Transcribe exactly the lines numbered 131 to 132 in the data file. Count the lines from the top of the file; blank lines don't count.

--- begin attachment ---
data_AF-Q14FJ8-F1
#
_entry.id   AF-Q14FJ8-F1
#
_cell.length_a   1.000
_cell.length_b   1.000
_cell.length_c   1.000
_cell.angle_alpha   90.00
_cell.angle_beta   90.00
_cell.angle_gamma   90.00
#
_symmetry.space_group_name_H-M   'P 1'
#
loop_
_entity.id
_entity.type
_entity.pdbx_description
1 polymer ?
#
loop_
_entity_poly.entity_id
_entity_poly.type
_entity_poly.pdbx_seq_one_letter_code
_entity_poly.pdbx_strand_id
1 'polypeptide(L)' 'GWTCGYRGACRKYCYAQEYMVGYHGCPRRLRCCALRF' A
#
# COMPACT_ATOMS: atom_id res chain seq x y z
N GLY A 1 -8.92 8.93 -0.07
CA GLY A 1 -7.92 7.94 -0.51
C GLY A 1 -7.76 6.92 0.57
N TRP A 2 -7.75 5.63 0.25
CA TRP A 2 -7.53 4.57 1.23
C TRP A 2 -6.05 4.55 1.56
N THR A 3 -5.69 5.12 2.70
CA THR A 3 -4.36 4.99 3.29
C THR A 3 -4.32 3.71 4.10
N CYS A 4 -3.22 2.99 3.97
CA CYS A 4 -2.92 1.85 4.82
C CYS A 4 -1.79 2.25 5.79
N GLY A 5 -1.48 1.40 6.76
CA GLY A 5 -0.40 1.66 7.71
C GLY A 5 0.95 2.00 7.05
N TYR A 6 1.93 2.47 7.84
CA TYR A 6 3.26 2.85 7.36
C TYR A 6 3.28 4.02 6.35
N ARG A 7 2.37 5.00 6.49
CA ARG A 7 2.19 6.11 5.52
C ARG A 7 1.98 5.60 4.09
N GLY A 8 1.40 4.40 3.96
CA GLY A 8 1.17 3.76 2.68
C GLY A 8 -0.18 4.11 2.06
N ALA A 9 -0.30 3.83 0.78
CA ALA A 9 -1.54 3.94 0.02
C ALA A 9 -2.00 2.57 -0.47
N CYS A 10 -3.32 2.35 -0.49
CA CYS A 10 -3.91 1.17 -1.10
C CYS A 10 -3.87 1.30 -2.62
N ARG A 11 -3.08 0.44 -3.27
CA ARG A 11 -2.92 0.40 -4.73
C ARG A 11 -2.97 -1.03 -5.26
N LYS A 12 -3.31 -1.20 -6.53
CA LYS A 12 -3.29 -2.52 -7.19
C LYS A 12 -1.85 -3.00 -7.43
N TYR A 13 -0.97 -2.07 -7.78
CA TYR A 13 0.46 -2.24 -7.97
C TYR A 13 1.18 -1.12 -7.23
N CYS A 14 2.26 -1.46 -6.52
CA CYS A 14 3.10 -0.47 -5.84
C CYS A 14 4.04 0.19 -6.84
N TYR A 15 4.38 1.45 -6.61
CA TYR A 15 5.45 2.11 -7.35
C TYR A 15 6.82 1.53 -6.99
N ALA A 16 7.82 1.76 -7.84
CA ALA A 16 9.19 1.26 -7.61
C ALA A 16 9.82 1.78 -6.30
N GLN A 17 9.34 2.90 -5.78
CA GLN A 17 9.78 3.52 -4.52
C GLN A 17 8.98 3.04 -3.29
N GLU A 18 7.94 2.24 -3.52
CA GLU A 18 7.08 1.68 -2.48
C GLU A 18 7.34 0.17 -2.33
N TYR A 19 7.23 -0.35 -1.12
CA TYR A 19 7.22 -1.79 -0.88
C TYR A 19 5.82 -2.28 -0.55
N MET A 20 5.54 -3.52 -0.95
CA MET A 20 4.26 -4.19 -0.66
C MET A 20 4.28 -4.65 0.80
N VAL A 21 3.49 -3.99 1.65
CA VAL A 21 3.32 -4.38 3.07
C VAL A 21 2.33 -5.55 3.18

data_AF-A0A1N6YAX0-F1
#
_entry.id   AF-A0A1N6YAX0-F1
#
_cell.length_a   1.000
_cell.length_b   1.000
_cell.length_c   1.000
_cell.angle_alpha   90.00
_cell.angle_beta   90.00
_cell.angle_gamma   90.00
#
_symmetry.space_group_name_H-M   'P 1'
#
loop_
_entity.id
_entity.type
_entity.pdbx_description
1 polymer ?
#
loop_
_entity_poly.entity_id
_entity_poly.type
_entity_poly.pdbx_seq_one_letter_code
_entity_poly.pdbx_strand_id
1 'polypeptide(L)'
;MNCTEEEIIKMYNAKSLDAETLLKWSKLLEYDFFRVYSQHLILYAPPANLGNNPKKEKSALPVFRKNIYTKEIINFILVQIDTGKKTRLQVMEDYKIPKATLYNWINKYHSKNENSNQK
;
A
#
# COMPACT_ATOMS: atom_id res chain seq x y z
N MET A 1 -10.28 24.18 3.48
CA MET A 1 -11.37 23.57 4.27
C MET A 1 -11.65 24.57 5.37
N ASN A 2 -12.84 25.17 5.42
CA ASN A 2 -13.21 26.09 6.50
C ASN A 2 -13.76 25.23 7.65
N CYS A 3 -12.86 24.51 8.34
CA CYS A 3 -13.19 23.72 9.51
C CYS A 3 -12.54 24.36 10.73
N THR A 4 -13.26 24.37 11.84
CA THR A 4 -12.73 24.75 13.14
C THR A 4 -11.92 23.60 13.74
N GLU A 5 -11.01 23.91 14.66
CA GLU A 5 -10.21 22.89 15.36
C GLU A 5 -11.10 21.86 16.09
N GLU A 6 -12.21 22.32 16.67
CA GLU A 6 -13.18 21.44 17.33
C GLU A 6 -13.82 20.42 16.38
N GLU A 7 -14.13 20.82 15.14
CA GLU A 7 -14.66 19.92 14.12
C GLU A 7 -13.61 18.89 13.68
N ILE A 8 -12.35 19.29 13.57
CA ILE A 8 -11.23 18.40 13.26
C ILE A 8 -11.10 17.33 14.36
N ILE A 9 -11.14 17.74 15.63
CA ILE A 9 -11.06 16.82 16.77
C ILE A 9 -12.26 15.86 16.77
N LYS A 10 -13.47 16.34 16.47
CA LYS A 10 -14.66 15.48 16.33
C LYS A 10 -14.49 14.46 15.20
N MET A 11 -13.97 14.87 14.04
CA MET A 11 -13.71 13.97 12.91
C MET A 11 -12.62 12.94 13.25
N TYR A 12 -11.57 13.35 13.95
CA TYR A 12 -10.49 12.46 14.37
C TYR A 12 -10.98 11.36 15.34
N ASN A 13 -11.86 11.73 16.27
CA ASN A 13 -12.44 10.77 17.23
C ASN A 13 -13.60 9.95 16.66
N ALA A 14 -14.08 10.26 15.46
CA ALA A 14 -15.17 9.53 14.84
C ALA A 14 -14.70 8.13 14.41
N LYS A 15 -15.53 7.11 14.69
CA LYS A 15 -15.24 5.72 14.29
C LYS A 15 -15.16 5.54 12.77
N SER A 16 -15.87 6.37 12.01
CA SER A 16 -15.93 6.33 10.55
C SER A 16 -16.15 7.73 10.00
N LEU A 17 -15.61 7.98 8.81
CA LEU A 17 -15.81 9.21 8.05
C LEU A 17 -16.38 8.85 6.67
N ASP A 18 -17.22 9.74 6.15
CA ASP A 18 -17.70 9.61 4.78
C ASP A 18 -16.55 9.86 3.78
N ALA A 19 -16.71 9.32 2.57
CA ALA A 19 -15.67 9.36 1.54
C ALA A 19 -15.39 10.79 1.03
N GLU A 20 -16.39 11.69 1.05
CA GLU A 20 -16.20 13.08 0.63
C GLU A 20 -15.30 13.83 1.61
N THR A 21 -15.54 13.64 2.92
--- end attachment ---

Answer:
CA THR A 4 -12.73 24.75 13.14
C THR A 4 -11.92 23.60 13.74